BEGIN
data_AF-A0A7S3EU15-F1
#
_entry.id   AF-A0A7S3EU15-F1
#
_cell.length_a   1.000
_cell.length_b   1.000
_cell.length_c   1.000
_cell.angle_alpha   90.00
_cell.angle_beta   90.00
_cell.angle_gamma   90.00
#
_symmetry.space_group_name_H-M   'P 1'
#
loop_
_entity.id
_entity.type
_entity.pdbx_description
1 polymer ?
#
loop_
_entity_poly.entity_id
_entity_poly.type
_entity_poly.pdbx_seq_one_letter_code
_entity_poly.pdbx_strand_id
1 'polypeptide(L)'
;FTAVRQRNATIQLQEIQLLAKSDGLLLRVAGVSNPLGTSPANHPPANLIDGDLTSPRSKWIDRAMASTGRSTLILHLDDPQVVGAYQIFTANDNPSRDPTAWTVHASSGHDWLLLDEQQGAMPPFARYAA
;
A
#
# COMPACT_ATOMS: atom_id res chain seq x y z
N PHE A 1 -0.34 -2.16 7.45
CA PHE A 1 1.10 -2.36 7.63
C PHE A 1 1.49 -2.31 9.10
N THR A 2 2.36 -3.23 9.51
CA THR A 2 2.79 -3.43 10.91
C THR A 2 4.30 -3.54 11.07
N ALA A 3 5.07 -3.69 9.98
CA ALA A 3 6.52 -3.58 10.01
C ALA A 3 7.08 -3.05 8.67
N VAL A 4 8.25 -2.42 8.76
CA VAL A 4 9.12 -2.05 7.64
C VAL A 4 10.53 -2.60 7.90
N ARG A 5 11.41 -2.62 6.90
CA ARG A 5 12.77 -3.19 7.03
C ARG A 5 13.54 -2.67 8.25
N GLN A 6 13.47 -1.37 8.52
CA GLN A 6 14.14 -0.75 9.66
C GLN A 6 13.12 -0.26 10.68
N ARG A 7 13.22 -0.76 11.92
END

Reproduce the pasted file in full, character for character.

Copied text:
data_AF-A0A7S3EU15-F1
#
_entry.id   AF-A0A7S3EU15-F1
#
_cell.length_a   1.000
_cell.length_b   1.000
_cell.length_c   1.000
_cell.angle_alpha   90.00
_cell.angle_beta   90.00
_cell.angle_gamma   90.00
#
_symmetry.space_group_name_H-M   'P 1'
#
loop_
_entity.id
_entity.type
_entity.pdbx_description
1 polymer ?
#
loop_
_entity_poly.entity_id
_entity_poly.type
_entity_poly.pdbx_seq_one_letter_code
_entity_poly.pdbx_strand_id
1 'polypeptide(L)'
;FTAVRQRNATIQLQEIQLLAKSDGLLLRVAGVSNPLGTSPANHPPANLIDGDLTSPRSKWIDRAMASTGRSTLILHLDDPQVVGAYQIFTANDNPSRDPTAWTVHASSGHDWLLLDEQQGAMPPFARYAA
;
A
#
# COMPACT_ATOMS: atom_id res chain seq x y z
N PHE A 1 -0.34 -2.16 7.45
CA PHE A 1 1.10 -2.36 7.63
C PHE A 1 1.49 -2.31 9.10
N THR A 2 2.36 -3.23 9.51
CA THR A 2 2.79 -3.43 10.91
C THR A 2 4.30 -3.54 11.07
N ALA A 3 5.07 -3.69 9.98
CA ALA A 3 6.52 -3.58 10.01
C ALA A 3 7.08 -3.05 8.67
N VAL A 4 8.25 -2.42 8.76
CA VAL A 4 9.12 -2.05 7.64
C VAL A 4 10.53 -2.60 7.90
N ARG A 5 11.41 -2.62 6.90
CA ARG A 5 12.77 -3.19 7.03
C ARG A 5 13.54 -2.67 8.25
N GLN A 6 13.47 -1.37 8.52
CA GLN A 6 14.14 -0.75 9.66
C GLN A 6 13.12 -0.26 10.68
N ARG A 7 13.22 -0.76 11.92